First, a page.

As policymakers wrestle with the challenge of jumpstarting the economy and creating jobs, they should be aware of what not to do.
High on the list of "don'ts" is to cut off access to mortgage loans supported by Fannie Mae, Freddie Mac and the Federal Housing Administration (FHA). These loans have been a crucial gateway into homeownership for first-time buyers and the middle class, and an important crutch for the still-ailing housing market.
Yet cutting off these loans is precisely what could happen on October 1, when the number of potential homebuyers eligible for government-backed mortgage loans will drop significantly in more than 600 counties across the nation—including in hundreds of struggling and mid-priced areas. In a new PPI policy brief, Another Kick in the Teeth: Loan Limits and the Housing Market, Jason Gold and Anne Kim spell out the consequences of what would happen if the federal government allows the loan limits to expire. Among their conclusions:
- Potential homebuyers suddenly ineligible for government-supported loans will face higher interest rates and much larger down payment requirements. This would be a particular blow for first-time homebuyers, who are already facing obstacles to homeownership.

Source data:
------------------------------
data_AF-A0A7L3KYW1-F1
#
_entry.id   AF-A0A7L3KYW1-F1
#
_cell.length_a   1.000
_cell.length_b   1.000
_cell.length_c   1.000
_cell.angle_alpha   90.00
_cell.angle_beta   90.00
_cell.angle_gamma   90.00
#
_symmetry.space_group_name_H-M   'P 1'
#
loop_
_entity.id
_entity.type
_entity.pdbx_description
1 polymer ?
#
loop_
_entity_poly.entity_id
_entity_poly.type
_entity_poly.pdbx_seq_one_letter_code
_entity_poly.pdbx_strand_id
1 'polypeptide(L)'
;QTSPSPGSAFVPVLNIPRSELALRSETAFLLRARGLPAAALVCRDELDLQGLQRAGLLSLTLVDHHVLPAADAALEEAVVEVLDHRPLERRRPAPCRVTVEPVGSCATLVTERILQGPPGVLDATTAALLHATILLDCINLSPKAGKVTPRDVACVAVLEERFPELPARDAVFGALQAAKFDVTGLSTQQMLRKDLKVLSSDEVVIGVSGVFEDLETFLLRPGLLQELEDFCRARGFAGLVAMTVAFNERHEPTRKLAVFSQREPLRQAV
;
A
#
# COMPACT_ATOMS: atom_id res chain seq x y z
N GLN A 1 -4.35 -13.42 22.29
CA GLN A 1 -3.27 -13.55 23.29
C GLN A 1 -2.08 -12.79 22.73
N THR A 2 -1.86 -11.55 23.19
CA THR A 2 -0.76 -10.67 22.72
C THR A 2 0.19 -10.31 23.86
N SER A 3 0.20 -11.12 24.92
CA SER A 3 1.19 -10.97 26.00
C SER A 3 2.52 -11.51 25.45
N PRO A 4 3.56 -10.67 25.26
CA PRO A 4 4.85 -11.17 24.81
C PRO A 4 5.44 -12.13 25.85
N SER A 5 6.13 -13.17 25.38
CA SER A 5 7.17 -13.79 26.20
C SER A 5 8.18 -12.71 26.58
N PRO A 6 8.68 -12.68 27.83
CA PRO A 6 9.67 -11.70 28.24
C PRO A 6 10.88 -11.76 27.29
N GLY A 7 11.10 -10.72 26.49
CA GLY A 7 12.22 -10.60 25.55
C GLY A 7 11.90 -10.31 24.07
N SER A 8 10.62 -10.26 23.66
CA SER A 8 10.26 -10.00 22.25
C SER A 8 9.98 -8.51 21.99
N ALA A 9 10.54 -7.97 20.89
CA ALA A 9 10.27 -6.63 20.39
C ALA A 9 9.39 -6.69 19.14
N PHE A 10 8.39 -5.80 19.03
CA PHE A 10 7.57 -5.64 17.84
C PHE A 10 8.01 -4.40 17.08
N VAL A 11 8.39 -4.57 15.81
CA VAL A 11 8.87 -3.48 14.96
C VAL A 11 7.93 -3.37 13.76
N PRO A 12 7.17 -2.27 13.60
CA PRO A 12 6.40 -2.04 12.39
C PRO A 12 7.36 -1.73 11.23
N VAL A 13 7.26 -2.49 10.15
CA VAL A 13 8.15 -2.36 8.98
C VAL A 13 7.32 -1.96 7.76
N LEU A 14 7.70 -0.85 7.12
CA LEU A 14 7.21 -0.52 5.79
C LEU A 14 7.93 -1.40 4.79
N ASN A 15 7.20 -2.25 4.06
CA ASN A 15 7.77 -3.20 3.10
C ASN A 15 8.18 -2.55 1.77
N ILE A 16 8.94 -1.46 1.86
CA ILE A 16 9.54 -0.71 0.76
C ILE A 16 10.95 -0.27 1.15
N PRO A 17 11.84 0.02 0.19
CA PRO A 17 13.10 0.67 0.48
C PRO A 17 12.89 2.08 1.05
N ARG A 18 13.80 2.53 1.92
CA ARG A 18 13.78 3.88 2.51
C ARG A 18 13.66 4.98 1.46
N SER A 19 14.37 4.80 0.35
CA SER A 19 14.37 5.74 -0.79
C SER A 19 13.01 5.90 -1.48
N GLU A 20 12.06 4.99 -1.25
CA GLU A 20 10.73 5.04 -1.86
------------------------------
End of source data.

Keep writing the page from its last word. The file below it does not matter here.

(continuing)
- Fewer buyers means less demand and even lower home prices, which means more lost equity for current homeowners and spiraling consumer confidence.
- A failing housing market will further dampen prospects for a speedy economic recovery.
Housing and its related industries currently account for 17 percent to 18 percent of the U.S. economy, and a true recovery isn't possible without a strong housing sector. The report argues that by taking the simple step of extending the current limits for government-supported mortgage loans, policymakers can prevent yet another blow to the economy.
As always, your thoughts and feedback are welcome.
The Progressive Policy Institute